The ultimate exotic diving location lies two hundred and fifty miles off the south-west coast of India in the Arabian Sea. Here, 36 islands are scattered like emeralds in a sea of aquamarine and deepest sapphire blue - The Lakshadweep Island Group.

What brought me to this remote place was an e-mail query. My Web Page, "Exotic Diving Locations," contains several articles that I have written over the years about diving in far-off places (such as Sipadan in Borneo and the Ningaloo Reef in Western Australia). Doctor Evan Sharma of Orlando, Florida had been surfing the net and arrived at my Web Page. He was looking for an island that could offer a diving honeymoon. He had heard about Lakshadweep, but did not have any information on the diving there and wondered if I could assist him.

I was determined to obtain more information about Lakshadweep. I was surprised by what my internet research revealed. Tourists are permitted to stay on only one of the 36 islands: Bangaram. I made up my mind to visit Bangaram and made all the arrangements via fax with the Casino Hotel, the only resort on the island. It has the capacity for only 60 guests. Visitors at the Casino Resort on Bangaram will be glad to know that at $200 U.S. per night, the calibre of the accommodations and service will be nothing less than 5-star. The Casino Hotel offers 30 chalet-style rooms that are tastefully furnished, fan cooled and have attached bathrooms. Air conditioners and hot water require too much fuel and are bad for the ecology.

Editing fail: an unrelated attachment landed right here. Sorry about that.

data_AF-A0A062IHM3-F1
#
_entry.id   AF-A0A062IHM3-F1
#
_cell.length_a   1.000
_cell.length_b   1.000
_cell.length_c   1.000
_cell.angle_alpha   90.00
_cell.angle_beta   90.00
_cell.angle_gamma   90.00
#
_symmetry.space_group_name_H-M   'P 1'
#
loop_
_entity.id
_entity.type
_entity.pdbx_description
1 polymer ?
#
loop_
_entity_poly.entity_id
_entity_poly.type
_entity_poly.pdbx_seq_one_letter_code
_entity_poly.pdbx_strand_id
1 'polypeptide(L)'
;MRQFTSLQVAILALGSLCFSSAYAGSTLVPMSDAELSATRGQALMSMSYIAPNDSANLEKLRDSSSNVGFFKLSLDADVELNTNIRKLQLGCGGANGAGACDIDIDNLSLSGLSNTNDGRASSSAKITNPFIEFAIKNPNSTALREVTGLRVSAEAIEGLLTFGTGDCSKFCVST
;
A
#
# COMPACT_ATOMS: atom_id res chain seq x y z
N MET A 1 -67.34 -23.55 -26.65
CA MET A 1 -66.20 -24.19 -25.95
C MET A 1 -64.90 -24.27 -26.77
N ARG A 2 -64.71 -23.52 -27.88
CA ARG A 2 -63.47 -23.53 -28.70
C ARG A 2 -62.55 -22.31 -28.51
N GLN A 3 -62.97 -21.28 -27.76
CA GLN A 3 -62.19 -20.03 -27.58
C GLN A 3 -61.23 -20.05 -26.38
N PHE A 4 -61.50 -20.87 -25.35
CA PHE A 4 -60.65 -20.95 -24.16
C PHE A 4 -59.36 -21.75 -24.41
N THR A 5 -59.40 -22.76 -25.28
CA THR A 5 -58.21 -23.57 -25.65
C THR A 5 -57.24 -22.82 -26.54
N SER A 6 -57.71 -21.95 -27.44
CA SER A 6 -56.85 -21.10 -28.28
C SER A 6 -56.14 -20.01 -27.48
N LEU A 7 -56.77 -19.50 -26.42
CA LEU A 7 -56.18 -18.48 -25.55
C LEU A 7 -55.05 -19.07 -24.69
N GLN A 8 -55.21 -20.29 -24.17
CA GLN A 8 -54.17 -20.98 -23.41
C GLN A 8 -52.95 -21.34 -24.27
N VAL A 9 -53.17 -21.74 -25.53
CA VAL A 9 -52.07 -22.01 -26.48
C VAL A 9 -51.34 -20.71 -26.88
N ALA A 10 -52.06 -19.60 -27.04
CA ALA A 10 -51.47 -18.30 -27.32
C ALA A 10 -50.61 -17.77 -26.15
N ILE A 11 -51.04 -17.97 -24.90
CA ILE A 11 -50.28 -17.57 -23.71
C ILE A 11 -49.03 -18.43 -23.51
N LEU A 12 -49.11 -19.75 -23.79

Bangaram Island is slowly becoming the destination of choice for the rich and famous. According to the hotel's general manager, Mr. Thyagin Menon, the attraction of the island is best summed up in the words of their latest celebrity guest, Richard Gere, who said "I have been to many island resorts, but what I found unique about Bangaram is that it is totally private". Mr. Menon added that in the coming weeks the Prime Minister of India was planning a short stay at this resort. It is probably the ultimate vacation spot in India.

Bangaram is also an island on the move. Doctor Wendy Darke (a Marine Biologist who was on the island with a crew from the BBC filming a documentary about the indigenous wildlife) noted that the windward side of the island loses three metres of land each year and deposits it on the leeward side. Thus the huts that were once right on the beach facing the lagoon on the leeward side are approximately 100 metres away from it today.

The Lakshadweep chain of islands are coral atolls. An atoll is a coral organism lying exactly at the surface of the ocean where air and water meet; this being the only condition under which coral can live. The coral here is shaped like a ring and encircles a staggeringly beautiful emerald-blue lagoon. Each atoll is the topmost point of a submarine pillar of limestone extending several thousand feet from an extinct volcano. The purpose of my visit to Bangaram was not to delve into the geology of the area, but to explore the underwater world these atolls have to offer.